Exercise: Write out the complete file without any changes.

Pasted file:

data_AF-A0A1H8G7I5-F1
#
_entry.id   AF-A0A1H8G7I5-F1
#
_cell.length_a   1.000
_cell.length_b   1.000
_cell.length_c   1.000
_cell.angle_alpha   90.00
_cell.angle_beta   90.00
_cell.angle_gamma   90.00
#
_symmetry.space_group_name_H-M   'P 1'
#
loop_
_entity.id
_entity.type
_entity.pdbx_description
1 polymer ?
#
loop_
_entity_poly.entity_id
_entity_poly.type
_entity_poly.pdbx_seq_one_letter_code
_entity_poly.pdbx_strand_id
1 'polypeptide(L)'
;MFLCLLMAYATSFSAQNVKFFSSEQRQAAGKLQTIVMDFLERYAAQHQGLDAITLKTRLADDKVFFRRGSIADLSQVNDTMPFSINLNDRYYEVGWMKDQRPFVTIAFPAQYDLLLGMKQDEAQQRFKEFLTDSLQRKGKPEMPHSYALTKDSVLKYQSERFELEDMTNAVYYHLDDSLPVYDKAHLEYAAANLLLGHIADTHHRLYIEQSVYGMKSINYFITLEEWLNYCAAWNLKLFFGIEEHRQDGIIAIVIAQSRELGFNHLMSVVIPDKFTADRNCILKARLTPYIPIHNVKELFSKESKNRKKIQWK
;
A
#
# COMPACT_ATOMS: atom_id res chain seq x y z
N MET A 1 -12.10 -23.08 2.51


data_AF-A0A1H8G7I5-F1
#
_entry.id   AF-A0A1H8G7I5-F1
#
_cell.length_a   1.000
_cell.length_b   1.000
_cell.length_c   1.000
_cell.angle_alpha   90.00
_cell.angle_beta   90.00
_cell.angle_gamma   90.00
#
_symmetry.space_group_name_H-M   'P 1'
#
loop_
_entity.id
_entity.type
_entity.pdbx_description
1 polymer ?
#
loop_
_entity_poly.entity_id
_entity_poly.type
_entity_poly.pdbx_seq_one_letter_code
_entity_poly.pdbx_strand_id
1 'polypeptide(L)'
;MFLCLLMAYATSFSAQNVKFFSSEQRQAAGKLQTIVMDFLERYAAQHQGLDAITLKTRLADDKVFFRRGSIADLSQVNDTMPFSINLNDRYYEVGWMKDQRPFVTIAFPAQYDLLLGMKQDEAQQRFKEFLTDSLQRKGKPEMPHSYALTKDSVLKYQSERFELEDMTNAVYYHLDDSLPVYDKAHLEYAAANLLLGHIADTHHRLYIEQSVYGMKSINYFITLEEWLNYCAAWNLKLFFGIEEHRQDGIIAIVIAQSRELGFNHLMSVVIPDKFTADRNCILKARLTPYIPIHNVKELFSKESKNRKKIQWK
;
A
#
# COMPACT_ATOMS: atom_id res chain seq x y z
N MET A 1 -12.10 -23.08 2.51